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Nuclear Summit: Belgium’s terrorism hightens need for nuclear security

safety-symbol1Belgium Highlights the Nuclear Terrorism Threat and Security Measures to Stop it, Huffington Post, Matthew Bunn, Professor, Harvard University; Co-Principal Investigator, Project on Managing the Atom , 28 Mar 16,

As world leaders gather for the fourth nuclear security summit this week, in the aftermath of the horrifying terrorist attacks in Brussels, it seems likely that Belgian Prime Minister Charles Michel will have more to say than anyone else — both about real nuclear terrorist dangers and about real steps taken to improve nuclear security.

Since the 2014 summit, Belgium has suffered a number of suspicious and alarming activities at its nuclear sites and against some of its nuclear technicians. In Aug. 2014, for example, someone with inside access at the Doel-4 nuclear reactordrained the lubricant for the reactor turbine, causing it to overheat and resulting in an estimated $100-$200 million in damage. The perpetrator and the motive remain unknown.

In Nov. 2015, Belgian police discovered that the terror cell that carried out the Paris attacks used a secret video camera to monitor an official at nuclear research sites with a wide range of nuclear and radiological materials, including enough highly enriched uranium for several nuclear bombs.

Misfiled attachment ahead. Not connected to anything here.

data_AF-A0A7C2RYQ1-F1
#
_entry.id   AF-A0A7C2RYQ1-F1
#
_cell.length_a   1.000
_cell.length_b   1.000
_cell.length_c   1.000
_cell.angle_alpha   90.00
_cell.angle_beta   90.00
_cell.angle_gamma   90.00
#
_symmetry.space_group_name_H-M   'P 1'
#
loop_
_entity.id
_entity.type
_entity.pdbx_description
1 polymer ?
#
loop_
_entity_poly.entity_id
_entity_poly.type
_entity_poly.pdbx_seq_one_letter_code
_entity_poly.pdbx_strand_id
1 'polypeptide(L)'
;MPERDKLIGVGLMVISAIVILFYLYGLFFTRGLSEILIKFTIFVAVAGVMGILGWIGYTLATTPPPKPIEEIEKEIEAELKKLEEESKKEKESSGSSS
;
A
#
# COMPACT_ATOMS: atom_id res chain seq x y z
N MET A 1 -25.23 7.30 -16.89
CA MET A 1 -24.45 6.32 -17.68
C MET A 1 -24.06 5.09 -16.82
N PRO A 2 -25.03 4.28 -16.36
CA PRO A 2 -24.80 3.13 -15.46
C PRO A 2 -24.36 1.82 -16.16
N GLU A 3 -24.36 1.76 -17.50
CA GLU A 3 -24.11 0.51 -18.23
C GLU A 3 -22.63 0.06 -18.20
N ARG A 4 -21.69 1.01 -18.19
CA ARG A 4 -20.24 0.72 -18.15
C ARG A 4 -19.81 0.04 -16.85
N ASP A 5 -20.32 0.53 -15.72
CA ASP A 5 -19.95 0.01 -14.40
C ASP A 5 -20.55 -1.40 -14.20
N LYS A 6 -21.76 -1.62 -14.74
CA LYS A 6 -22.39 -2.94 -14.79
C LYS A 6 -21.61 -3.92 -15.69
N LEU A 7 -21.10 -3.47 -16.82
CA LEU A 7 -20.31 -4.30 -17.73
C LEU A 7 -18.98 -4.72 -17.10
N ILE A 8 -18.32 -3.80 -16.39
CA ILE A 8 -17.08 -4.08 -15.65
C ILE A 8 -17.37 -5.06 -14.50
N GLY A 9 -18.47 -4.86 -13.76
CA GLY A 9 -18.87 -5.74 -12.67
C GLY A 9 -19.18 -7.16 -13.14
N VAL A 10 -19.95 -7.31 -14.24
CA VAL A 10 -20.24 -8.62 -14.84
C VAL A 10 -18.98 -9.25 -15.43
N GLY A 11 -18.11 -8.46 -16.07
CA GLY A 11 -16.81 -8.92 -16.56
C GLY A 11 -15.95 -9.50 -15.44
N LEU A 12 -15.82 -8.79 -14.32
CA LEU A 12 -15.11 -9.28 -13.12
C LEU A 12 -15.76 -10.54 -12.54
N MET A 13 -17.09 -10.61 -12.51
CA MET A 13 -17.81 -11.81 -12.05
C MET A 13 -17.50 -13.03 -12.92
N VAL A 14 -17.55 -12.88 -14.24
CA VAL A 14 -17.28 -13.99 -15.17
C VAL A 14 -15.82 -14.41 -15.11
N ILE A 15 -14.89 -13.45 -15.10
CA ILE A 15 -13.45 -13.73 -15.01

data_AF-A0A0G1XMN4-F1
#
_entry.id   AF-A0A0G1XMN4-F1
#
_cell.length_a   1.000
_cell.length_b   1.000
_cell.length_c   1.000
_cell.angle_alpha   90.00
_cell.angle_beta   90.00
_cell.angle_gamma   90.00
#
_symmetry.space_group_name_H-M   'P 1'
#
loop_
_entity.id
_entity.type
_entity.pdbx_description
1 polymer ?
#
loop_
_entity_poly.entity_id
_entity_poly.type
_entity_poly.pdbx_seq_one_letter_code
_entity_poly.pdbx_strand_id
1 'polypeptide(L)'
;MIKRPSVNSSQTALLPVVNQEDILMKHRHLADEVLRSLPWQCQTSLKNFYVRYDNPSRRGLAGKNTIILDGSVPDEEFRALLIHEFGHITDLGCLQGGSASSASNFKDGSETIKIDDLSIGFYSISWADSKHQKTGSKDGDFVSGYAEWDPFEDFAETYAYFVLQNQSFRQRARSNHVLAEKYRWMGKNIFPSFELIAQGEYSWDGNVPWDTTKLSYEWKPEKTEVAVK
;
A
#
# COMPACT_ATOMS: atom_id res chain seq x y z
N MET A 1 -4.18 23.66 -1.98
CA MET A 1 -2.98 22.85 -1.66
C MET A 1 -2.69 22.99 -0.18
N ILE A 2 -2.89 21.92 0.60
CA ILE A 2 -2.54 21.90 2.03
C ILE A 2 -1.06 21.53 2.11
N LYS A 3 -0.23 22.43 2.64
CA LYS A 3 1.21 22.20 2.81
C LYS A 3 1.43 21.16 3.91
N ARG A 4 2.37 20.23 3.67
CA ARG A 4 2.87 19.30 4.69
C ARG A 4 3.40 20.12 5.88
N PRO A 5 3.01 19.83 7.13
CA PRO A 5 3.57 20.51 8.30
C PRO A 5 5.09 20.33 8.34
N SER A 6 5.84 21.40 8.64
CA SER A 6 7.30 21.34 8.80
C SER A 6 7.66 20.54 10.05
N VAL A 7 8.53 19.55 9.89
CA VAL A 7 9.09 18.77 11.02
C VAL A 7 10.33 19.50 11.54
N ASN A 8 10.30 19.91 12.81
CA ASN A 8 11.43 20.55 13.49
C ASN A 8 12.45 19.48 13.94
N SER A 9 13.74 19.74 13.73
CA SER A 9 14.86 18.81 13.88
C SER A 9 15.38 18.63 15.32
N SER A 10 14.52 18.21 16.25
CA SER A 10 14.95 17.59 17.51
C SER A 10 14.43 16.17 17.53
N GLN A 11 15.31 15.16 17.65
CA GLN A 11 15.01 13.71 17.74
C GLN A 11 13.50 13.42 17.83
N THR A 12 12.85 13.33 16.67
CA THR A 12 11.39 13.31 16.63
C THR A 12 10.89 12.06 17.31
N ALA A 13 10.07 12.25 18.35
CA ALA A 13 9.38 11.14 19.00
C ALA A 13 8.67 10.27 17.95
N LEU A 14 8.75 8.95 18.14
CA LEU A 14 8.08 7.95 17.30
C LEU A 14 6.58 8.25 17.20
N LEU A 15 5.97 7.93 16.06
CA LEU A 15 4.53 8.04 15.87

In response to what seemed to be a growing terrorist threat to the country’s nuclear infrastructure, the authorities beefed up protection against insider threats, toughened access control, deployed armed troops to protect reactors and, following the airport and subway attacks, removed all non-essential personnel from nuclear sites in order to reduce the number of potential insiders.

With a variety of different takes on these events swirling in recent news stories (seehere and here), it’s worth clarifying what we know and what is still unknown about the scale of this threat and how best Belgium — and the rest of Europe — can protect itself. (A just-released Harvard study also has details up through February.)

What was the video monitoring of a nuclear official about?

The short answer is that we don’t know yet — though sustained monitoring of a nuclear expert may be the most troubling indicator yet of nuclear intent from the so-called Islamic State. Belgian terrorists recorded about 10 hours of video of a nuclear official at Belgium’s SCK-CEN research facility, near the town of Mol. As theTimes story reports, Belgian authorities believe the hidden video camera was picked up by Ibrahim and Khalid el-Bakraoui, brothers who are believed to have later been suicide bombers in the Brussels attacks. They reportedly delivered it to Mohammed Bakkali, now under arrest, who is accused of helping with logistics for the Paris attacks……….

Did the Belgian bombers first plan to attack nuclear facilities?